Claims are expected to continue rolling in for at least another month and possibly beyond that, Corcoran said.
ParkChicago is the pay-by-phone app that allows Chicago motorists to pay for metered parking remotely via their smartphone remotely, instead of having to feed the meter.
“The response to ParkChicago has been very positive as you can tell by the number of drivers who have signed up in just a short amount of time,” said CPM spokesperson Scott Burnham. “Our customers obviously like the ease and convenience of the app, which allows them to avoid a trip to the meter box and eliminates the need of having to walk back to their vehicle to place a parking receipt on their dashboard. It also gives them added flexibility by enabling them to extend their time remotely so they don’t have to rush to get back before their time expires.”
ABC 7 was on hand in Ottawa, IL to cover the oral arguments for Keating V. Chicago in front of the Illinois Supreme Court last Wednesday.
WGN News also did a piece on the hearing but, use video of speed cameras not red light cameras in their reporting.
The day before the hearing, NBC 5 sat down with Patrick Keating, the class action lawsuit’s lead attorney, to lay out his case.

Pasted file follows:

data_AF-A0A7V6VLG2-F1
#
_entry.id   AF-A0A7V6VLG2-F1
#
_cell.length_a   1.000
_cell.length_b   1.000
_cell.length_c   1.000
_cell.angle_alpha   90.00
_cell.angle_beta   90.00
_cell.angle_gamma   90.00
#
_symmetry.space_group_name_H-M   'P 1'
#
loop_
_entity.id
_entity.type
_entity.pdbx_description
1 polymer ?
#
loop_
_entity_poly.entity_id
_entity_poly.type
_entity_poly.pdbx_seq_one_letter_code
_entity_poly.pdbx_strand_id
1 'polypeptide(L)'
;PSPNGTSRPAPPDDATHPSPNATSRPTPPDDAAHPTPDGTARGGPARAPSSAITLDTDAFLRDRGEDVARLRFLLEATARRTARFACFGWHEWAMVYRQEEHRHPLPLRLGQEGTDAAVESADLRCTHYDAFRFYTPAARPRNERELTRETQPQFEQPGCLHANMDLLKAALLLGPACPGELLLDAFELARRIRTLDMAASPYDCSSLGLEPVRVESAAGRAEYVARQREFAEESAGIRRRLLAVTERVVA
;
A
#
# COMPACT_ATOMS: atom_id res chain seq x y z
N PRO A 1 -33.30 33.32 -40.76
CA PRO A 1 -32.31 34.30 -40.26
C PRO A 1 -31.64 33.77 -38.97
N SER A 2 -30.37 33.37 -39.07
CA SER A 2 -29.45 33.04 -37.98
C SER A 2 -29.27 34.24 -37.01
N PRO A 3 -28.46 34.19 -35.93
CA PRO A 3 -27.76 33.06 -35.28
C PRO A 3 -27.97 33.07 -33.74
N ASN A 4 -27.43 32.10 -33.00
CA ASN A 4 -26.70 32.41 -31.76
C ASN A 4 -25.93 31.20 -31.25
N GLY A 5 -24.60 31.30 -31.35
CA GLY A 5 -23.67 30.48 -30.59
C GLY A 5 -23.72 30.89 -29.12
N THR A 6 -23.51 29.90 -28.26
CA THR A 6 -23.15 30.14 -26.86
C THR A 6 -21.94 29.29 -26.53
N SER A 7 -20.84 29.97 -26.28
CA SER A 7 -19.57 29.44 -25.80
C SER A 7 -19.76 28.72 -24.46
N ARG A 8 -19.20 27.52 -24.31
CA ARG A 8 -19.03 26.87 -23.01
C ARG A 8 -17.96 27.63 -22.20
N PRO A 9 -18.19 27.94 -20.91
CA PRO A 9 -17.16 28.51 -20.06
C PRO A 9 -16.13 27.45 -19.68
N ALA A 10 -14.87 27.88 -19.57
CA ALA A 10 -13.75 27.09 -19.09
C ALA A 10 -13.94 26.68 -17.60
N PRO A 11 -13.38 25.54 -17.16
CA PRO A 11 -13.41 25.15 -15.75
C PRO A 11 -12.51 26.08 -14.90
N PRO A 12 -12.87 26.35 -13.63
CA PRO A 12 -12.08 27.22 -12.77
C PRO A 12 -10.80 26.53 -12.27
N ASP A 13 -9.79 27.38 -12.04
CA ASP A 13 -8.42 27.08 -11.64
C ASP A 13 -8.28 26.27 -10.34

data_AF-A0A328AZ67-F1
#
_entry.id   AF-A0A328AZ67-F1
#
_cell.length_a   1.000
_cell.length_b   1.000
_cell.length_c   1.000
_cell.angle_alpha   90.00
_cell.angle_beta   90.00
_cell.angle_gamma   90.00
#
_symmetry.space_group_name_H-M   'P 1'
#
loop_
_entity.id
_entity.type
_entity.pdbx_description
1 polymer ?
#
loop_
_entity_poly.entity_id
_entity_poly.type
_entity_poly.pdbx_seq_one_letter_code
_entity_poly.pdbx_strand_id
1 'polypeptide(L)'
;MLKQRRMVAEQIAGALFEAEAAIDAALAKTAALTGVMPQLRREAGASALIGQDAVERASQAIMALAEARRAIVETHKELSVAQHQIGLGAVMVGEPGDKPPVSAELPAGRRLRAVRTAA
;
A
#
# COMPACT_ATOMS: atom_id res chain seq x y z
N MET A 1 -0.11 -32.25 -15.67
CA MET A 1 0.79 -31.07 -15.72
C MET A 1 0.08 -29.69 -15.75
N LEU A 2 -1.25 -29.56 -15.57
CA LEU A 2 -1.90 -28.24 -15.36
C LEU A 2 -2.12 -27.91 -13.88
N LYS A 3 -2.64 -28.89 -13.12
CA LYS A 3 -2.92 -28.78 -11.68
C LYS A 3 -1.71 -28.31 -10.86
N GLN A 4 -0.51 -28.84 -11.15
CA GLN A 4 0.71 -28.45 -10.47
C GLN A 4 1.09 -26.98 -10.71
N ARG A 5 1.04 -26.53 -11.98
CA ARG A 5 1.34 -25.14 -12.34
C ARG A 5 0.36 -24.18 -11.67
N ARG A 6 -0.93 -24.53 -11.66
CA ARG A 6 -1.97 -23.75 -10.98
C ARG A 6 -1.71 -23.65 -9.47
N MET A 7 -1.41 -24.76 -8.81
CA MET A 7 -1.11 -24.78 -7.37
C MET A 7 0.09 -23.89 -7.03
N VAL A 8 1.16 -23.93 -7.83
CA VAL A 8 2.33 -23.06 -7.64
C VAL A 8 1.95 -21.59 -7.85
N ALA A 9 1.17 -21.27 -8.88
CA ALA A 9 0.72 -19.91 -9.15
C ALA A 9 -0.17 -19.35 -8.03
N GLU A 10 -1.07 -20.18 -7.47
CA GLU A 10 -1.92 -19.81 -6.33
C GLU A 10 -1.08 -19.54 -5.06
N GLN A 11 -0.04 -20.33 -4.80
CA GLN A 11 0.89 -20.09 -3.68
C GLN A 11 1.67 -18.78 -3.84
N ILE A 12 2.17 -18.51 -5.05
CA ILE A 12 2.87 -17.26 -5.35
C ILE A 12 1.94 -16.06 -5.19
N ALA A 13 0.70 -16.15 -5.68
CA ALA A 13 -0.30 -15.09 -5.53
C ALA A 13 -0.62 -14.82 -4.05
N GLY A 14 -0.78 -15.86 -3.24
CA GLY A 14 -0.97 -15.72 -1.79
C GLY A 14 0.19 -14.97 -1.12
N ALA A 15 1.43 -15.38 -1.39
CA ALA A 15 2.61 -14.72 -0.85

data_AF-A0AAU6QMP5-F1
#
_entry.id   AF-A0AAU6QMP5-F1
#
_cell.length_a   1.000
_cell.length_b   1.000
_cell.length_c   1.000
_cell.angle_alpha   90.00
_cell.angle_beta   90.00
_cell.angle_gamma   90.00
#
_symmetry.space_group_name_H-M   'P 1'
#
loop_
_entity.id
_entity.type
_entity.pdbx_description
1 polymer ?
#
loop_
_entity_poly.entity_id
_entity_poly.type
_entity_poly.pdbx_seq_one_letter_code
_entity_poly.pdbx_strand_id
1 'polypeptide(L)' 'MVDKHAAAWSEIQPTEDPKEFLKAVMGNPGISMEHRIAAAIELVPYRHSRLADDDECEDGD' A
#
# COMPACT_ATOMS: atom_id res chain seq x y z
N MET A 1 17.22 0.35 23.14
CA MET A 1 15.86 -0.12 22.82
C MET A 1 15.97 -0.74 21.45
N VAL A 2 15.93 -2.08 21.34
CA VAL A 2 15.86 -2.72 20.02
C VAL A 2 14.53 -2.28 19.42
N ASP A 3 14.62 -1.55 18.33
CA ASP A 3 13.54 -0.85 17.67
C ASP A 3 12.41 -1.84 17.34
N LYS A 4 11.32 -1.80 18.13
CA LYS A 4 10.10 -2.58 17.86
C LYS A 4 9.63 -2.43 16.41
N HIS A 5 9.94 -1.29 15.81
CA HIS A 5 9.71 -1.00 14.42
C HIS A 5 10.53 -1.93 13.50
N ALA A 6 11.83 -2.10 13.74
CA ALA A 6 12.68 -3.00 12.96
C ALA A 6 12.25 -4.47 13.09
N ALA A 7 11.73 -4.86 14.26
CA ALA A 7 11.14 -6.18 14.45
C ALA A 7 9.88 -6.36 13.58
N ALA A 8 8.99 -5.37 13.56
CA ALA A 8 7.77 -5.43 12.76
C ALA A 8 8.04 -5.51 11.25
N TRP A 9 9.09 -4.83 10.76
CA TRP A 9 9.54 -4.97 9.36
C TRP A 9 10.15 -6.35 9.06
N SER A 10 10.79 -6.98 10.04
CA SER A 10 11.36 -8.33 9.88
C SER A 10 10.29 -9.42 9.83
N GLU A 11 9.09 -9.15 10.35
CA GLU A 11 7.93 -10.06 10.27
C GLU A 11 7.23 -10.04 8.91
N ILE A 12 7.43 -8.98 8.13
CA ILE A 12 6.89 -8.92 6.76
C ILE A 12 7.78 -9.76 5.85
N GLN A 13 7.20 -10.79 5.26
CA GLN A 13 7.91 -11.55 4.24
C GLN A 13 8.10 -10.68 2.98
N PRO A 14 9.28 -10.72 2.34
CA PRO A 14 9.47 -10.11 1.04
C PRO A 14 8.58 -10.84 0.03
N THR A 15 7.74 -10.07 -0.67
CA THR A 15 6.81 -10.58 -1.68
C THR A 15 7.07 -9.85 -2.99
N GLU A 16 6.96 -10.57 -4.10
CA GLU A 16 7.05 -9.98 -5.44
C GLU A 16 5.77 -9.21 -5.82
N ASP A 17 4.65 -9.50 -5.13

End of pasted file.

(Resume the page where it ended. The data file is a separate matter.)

County State’s Attorney Stops East St. Louis “Speed Camera” Program
Speed camera enforcement is only legal in one city in Illinois–and that’s Chicago.
But that didn’t stop East St. Louis.
The city hired a private company to help them start issuing $240 camera tickets to drivers allegedly speeding in construction zones.
But now, after many complaints the St. Clair State’s Attorney stepped in and told the East St. Louis Police Department to discontinue the practice according to KDSK TV.
The Police Chief claims they are legal, but was forced to non-suit a bunch of these tickets recently because the State’s Attorney says these tickets are not being adjudicated by a judge but by an administrative law officer.
H/T: Stephen Donaldson
Palos Hills To Install New Red Light Camera
A vehicle adorned with the the “0″ Illinois license plate is at the receiving end of a slew of improper parking tickets from the Village of Oak Park according to OakPark.com.